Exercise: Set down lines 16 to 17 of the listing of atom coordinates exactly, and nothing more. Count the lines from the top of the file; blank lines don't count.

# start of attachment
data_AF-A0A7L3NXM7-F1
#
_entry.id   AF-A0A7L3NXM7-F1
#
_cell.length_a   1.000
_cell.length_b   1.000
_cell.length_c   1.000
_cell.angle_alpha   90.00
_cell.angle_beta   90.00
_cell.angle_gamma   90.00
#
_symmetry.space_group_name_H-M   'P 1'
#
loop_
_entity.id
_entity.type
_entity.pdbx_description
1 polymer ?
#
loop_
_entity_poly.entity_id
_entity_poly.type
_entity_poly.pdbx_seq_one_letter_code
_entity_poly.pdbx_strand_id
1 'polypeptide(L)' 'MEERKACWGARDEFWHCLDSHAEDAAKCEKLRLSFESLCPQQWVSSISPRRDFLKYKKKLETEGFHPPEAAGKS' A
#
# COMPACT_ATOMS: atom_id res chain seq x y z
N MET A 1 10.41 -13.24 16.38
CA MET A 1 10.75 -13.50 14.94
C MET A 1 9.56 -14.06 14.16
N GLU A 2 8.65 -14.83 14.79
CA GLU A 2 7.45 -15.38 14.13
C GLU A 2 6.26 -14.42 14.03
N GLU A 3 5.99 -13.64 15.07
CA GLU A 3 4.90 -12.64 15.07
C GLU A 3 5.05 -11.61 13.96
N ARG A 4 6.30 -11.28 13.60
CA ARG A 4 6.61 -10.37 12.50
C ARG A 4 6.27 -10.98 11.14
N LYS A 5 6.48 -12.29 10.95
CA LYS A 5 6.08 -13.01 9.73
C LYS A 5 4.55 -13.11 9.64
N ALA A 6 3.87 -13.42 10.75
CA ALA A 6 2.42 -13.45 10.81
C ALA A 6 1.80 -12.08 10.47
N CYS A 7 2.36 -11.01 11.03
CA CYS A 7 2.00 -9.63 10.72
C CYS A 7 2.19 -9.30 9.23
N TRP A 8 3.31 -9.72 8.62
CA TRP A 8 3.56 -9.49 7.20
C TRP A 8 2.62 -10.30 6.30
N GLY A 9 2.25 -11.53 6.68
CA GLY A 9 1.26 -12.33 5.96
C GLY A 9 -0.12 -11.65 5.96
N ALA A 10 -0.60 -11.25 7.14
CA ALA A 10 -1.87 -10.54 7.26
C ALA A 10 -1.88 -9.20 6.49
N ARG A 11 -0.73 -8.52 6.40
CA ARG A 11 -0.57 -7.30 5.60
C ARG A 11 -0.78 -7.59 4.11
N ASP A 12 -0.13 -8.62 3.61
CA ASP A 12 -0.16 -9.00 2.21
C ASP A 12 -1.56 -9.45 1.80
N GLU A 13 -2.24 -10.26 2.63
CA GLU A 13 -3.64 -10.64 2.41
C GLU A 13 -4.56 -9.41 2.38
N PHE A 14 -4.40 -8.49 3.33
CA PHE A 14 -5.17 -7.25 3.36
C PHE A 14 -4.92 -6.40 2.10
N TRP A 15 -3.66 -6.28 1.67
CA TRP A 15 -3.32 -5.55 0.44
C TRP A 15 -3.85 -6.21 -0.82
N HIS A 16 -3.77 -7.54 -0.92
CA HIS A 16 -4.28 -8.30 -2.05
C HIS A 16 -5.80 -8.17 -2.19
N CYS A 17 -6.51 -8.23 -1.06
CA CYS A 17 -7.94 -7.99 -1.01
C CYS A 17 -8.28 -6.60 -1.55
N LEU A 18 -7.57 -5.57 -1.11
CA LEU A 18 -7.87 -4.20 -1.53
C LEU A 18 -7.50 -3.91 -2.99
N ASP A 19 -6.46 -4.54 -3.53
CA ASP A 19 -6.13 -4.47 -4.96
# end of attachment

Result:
_entity.type
_entity.pdbx_description